Police chief says crime declining overall

By Sharna Johnson: CNJ staff writer

Though year-to-date figures show an increase in burglaries, Clovis Police Chief Steve Sanders said the numbers are actually declining and overall crime in the city is down.

Burglaries — auto, residential and commercial are all tracked under one heading — rose about 10 percent from January to October by comparison to the same period in 2008.

The percentage is based on a jump from 497 to 555, Sanders said, with auto burglaries — considered a crime of opportunity — accounting for the bulk of burglary cases.

However when evaluating the seven categories of crime reported to the FBI, Sanders said crime in Clovis has actually dipped 5 percent.

Crimes like rapes, robberies, thefts and auto thefts have decreased sharply, he said.

Auto thefts alone have dropped 53 percent.

Burglaries, too, have dropped in the last three months and are staying down, he said, explaining they spiked in June and July, with 150 during the two-month period.

But the numbers have started tapering off.

Sanders said in August there were 63, 49 in September and 37 in October.

“We’re actually starting to see a decrease again,” he said.

The department has increased its staffing, making it possible to add three new detectives, and officers have worked hard to establish relationships in the community. All are factors, Sanders said, that have helped curb burglaries.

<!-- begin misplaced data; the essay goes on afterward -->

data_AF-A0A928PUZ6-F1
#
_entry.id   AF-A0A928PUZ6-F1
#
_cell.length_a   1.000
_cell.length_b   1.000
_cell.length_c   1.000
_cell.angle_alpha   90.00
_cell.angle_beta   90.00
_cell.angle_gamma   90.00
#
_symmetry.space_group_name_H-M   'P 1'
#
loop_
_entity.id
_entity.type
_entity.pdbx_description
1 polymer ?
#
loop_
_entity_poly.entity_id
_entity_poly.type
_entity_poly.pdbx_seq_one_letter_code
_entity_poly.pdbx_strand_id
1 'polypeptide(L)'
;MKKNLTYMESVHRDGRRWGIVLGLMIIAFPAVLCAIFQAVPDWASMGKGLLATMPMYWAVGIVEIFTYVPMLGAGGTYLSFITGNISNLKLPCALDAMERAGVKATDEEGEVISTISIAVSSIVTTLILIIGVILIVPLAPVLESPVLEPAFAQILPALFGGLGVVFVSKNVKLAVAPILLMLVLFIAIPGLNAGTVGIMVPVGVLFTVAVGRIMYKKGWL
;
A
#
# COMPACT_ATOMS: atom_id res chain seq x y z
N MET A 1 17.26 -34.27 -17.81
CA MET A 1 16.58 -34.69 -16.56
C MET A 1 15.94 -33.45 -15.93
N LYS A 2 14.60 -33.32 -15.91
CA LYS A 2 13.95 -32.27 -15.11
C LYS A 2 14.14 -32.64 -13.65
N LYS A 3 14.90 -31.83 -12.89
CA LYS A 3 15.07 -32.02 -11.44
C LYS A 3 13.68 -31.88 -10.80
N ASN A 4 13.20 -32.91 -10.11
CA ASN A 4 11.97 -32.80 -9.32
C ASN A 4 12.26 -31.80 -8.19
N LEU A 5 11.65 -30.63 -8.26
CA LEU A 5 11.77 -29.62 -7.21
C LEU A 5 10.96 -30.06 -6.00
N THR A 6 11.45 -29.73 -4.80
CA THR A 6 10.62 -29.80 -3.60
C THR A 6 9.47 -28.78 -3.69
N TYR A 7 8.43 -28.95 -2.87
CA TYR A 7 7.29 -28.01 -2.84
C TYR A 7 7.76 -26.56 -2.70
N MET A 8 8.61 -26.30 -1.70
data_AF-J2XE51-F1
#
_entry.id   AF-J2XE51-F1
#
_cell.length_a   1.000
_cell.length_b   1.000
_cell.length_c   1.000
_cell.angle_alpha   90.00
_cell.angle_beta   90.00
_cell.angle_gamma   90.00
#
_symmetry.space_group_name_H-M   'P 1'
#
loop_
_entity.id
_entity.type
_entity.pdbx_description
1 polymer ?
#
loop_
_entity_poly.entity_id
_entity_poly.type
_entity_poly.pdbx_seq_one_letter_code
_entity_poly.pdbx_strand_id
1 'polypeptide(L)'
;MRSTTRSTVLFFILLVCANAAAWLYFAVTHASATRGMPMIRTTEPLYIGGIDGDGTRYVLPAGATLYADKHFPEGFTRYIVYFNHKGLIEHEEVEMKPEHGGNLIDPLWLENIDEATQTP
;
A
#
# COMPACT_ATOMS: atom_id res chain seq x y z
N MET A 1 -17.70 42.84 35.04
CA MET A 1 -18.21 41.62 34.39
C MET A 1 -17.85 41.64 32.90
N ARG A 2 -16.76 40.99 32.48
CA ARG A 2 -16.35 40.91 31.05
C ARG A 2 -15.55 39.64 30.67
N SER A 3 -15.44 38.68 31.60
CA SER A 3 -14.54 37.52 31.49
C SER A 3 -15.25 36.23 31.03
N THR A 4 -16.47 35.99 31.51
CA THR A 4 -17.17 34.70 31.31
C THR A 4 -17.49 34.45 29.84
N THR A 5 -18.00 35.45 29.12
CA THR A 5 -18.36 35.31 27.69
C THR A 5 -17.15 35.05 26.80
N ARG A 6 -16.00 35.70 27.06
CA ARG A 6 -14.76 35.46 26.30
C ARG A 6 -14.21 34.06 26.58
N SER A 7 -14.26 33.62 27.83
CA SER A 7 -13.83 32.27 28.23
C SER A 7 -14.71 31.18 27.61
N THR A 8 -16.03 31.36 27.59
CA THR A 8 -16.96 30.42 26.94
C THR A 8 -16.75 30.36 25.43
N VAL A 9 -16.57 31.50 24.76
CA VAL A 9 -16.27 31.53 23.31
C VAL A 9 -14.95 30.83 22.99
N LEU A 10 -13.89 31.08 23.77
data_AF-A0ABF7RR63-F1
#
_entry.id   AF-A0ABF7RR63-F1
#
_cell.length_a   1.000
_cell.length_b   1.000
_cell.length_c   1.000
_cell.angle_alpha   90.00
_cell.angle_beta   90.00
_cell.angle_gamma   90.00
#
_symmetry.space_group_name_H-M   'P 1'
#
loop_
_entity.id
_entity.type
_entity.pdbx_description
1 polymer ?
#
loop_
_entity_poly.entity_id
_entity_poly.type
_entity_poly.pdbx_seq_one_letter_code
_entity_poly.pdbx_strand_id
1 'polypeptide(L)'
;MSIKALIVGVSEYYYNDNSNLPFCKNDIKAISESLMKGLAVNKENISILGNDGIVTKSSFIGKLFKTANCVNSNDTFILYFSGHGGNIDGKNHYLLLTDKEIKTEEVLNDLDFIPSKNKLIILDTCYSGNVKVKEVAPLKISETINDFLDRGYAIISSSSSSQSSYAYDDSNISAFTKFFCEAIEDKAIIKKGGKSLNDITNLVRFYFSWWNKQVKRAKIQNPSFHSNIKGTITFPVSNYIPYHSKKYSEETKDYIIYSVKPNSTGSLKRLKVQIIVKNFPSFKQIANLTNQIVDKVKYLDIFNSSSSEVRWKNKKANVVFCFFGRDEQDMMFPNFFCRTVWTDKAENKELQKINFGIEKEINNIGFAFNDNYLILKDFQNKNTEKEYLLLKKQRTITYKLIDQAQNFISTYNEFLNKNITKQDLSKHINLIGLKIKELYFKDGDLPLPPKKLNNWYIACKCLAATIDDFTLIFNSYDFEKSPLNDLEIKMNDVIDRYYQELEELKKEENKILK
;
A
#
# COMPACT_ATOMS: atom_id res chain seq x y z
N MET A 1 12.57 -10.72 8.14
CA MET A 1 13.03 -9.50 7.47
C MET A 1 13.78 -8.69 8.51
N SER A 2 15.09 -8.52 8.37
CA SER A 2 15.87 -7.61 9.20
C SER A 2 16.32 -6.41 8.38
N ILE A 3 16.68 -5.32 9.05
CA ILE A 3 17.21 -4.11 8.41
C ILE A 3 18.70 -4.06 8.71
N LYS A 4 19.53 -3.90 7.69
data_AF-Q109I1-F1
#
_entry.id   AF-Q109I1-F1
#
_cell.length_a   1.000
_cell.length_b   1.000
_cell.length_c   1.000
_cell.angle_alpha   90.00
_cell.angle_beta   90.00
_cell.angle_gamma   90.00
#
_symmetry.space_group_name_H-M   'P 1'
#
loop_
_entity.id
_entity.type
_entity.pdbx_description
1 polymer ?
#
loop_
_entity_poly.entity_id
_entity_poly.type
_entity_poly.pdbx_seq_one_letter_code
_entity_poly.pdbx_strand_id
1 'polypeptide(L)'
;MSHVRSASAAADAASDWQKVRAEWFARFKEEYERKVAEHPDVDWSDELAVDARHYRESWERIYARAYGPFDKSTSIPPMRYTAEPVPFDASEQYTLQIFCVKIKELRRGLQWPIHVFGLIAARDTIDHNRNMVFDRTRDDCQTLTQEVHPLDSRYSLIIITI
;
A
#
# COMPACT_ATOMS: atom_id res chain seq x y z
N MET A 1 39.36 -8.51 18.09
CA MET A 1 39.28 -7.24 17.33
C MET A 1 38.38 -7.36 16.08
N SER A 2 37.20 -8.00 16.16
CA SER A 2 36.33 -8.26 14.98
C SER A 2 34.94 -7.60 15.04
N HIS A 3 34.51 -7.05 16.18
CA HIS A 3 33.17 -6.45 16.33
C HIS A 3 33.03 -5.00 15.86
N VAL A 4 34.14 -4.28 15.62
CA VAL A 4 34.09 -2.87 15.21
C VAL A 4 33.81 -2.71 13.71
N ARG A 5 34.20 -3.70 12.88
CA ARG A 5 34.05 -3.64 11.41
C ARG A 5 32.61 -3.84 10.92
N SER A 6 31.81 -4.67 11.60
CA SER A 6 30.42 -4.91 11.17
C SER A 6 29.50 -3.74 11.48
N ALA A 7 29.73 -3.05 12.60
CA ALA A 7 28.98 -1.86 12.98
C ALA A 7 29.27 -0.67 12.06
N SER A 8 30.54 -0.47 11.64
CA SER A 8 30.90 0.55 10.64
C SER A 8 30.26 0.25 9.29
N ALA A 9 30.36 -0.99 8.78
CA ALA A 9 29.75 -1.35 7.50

“Our guys are out on the street and are being as proactive as possible to try to stop it before it happens,” he said.

Following the spike, police made several arrests, breaking up burglary rings that were responsible for multiple cases.

Sanders said there have been 67 burglary arrests this year, with charges issued in 32 cases.

Community involvement makes the biggest impact both on preventing and solving burglary cases, Sanders said.

He said several arrests came about as a result of observant neighbors or communication with police.

Traffic stops led to about half of all arrests.

Sanders said most if not all of the burglaries could be prevented or solved with community input.

“We can’t do this by ourselves. The community has got to be involved, whether it’s neighborhood watches or a phone call to police,” he said.

“In a community of this size, a lot more folks know what’s going on than what folks are sharing with us.”

As the holiday season approaches, Sanders said police know to expect an increase in burglaries. Thieves typically target shopping center parking lots and homes in search of valuables.

Residents can help curtail the trend and protect themselves, he said, by being aware of their surroundings, locking vehicles, not leaving valuables in their vehicles and by calling police to report any suspicious activity.

Also, writing down serial numbers and other identifying information for valuables will help make sure those items are returned to their owners in the event they are recovered.